Thanks at least in part to his poor treatment in prison, Finn suffered a stroke and died on Nov. 22, 2017, and Jamie was heartbroken.
After his death, she wrote some stories about Finn to share with a few friends. It was her way of dealing with the pain.
I laughed when I first heard Jamie married a guy who she met while he was in prison. I joked that she was a Ricki Lake episode waiting to happen.
After reading Jamie’s stories, I saw it in a different light. Jamie and Finn were a great love story.
Here is a short sample from one of her stories to and about Finn.
“I’m going to put this out there because I want people to know that even though you were incarcerated for so long, you were human and you did have a heart. I know not many people got to see it, but I did and that’s what matters.”
Jamie looked hard to see the best in everybody. She knew that sometimes all people need is the benefit of the doubt, and she gave it.
She also gave her heart to the people she loved.
The years after Finn’s death saw Jamie devote her life to her granddaughter, the insanely cute 4-year-old RoseMarie.
Jamie was the guardian of the little girl, who quickly became her everything. Her entire life revolved around that little girl.
RoseMarie was a cat for Halloween this year. Her grandma surprised us by driving her to our house to trick or treat.
After getting a couple handfuls of candy, the impatient trick or treater waited as Jamie and Kim talked and talked and talked on the doorstep as daylight faded into night.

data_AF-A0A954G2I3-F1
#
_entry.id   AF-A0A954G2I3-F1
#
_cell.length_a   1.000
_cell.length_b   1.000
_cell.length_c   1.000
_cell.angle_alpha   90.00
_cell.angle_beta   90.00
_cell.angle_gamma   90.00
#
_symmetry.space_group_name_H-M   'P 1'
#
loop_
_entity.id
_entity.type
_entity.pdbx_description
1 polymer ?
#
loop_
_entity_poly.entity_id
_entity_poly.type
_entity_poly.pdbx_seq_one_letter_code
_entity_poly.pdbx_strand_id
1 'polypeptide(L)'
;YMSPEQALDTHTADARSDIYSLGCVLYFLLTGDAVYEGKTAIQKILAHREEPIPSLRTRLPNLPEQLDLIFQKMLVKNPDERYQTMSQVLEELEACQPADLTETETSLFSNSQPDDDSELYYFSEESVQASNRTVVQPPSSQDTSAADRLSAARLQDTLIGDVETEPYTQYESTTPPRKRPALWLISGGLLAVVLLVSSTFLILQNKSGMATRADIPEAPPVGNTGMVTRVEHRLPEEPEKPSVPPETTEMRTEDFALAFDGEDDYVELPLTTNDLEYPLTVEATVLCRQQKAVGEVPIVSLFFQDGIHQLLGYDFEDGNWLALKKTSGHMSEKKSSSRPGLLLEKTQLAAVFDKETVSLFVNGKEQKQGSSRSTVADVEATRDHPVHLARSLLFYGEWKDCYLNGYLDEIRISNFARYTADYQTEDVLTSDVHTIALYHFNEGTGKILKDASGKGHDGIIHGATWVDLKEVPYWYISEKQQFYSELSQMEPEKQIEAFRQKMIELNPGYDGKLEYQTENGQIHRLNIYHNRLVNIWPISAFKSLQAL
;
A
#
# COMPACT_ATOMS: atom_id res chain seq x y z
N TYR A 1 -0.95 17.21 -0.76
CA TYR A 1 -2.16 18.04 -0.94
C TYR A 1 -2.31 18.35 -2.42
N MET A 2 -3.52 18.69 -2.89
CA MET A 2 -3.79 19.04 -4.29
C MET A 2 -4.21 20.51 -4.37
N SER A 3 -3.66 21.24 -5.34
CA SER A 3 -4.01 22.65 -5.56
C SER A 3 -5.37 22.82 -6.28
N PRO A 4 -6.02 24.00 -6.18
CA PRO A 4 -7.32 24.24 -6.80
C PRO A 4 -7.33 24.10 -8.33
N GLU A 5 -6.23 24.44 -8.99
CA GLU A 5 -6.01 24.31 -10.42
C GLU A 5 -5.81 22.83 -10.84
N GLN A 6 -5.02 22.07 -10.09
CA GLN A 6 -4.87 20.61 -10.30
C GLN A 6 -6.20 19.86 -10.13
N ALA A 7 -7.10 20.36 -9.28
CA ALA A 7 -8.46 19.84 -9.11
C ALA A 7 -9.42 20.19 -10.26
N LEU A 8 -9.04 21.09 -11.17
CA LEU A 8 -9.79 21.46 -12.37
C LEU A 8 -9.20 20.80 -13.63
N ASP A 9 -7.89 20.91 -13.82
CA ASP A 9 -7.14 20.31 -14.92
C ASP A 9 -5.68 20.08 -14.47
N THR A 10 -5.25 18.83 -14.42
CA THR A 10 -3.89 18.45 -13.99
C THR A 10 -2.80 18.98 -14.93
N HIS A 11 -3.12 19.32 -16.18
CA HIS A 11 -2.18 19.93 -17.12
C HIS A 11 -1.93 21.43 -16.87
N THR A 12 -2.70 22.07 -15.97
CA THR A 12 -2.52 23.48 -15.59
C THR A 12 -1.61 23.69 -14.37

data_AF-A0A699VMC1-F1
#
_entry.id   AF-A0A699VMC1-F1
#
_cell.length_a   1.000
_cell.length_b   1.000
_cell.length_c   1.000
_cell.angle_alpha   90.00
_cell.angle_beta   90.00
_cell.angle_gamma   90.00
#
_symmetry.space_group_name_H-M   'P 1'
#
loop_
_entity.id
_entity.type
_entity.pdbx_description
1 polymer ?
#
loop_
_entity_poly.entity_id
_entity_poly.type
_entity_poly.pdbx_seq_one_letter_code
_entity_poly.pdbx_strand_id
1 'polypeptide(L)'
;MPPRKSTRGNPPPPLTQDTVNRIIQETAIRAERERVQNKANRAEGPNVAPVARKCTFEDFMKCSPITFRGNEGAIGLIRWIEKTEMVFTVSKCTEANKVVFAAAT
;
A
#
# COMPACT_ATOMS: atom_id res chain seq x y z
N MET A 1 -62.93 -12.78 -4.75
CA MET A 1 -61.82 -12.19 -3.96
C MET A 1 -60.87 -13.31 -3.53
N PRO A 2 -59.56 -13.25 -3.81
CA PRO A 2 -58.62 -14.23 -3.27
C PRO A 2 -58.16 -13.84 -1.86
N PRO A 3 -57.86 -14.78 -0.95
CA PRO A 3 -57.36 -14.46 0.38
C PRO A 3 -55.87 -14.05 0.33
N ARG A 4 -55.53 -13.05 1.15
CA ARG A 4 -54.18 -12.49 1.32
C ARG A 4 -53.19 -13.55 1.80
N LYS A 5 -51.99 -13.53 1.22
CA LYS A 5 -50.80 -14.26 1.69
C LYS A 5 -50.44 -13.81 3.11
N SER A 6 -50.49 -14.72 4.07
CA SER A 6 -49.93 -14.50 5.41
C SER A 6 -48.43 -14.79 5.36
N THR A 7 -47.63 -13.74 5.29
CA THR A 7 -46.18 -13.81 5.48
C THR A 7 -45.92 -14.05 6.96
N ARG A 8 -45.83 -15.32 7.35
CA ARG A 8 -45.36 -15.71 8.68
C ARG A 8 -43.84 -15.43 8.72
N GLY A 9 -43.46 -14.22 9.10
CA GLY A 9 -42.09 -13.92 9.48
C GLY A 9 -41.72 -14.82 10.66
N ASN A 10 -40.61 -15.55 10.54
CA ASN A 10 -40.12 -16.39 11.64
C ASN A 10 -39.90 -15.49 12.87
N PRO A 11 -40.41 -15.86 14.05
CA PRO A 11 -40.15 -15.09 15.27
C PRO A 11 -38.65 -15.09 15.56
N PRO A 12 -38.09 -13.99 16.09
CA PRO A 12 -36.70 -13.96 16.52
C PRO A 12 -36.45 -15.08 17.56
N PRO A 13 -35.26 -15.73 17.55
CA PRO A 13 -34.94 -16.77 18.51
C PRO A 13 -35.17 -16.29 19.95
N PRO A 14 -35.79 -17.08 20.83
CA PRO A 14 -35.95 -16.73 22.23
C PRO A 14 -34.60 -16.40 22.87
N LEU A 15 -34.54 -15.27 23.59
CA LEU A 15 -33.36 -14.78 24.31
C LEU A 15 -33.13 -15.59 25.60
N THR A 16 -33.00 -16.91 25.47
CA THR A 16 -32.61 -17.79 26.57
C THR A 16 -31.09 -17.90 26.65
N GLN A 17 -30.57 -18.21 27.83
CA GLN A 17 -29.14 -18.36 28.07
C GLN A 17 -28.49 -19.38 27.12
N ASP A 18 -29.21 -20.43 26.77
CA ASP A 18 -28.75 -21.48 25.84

It was the last time either of us saw Jamie.
A few days later, Jamie tested positive for COVID-19, along with other family members. At first, Jamie had no symptoms.
Then she got sick.
Like Finn, Jamie, who recently turned 60, had health issues. Her doctor in Anaconda cautioned against getting the COVID-19 vaccination because he was concerned it could be unsafe with all of her issues and her many medications.
Of course, I have a suspicion that Jamie shopped for the kind of doctor Joe Rogan would gravitate toward.
Early last week, Jamie called Kim from the hospital in Anaconda. She could hardly talk.
Kim told her to text her when she felt better, and Jamie could not even muster the strength to say goodbye.
A day later, Jamie was flown to Great Falls, where she was put on a ventilator. At about 3 a.m. on Friday — three days shy of the fourth anniversary of Finn’s passing — Jamie took her last breath.
My wife is heartbroken, and it is so hard to look at the person I love more than anything in the world and know there is nothing I can do to make it better. The person she wants to talk to the most is gone.
So, I thought it might help just a little if I told everyone how wonderful her friend was, and Jamie definitely was that.
She was not famous, and she was certainly not rich. She just simply made the lives of those she touched so much better.
I will forever be grateful for Jamie’s friendship with Kim. I will also forever be in her debt.
I cannot help but think that many of those long phone calls were spent convincing my wife to give me the benefit of the doubt.
Even when I did not deserve it on those insane Chicago Bears Sundays.
— Bill Foley, who is also pretty much a lunatic Monday through Saturday, writes a column that appears Tuesdays on ButteSports.com. Email him at firstname.lastname@example.org. Follow him at twitter.com/Foles74.6 comments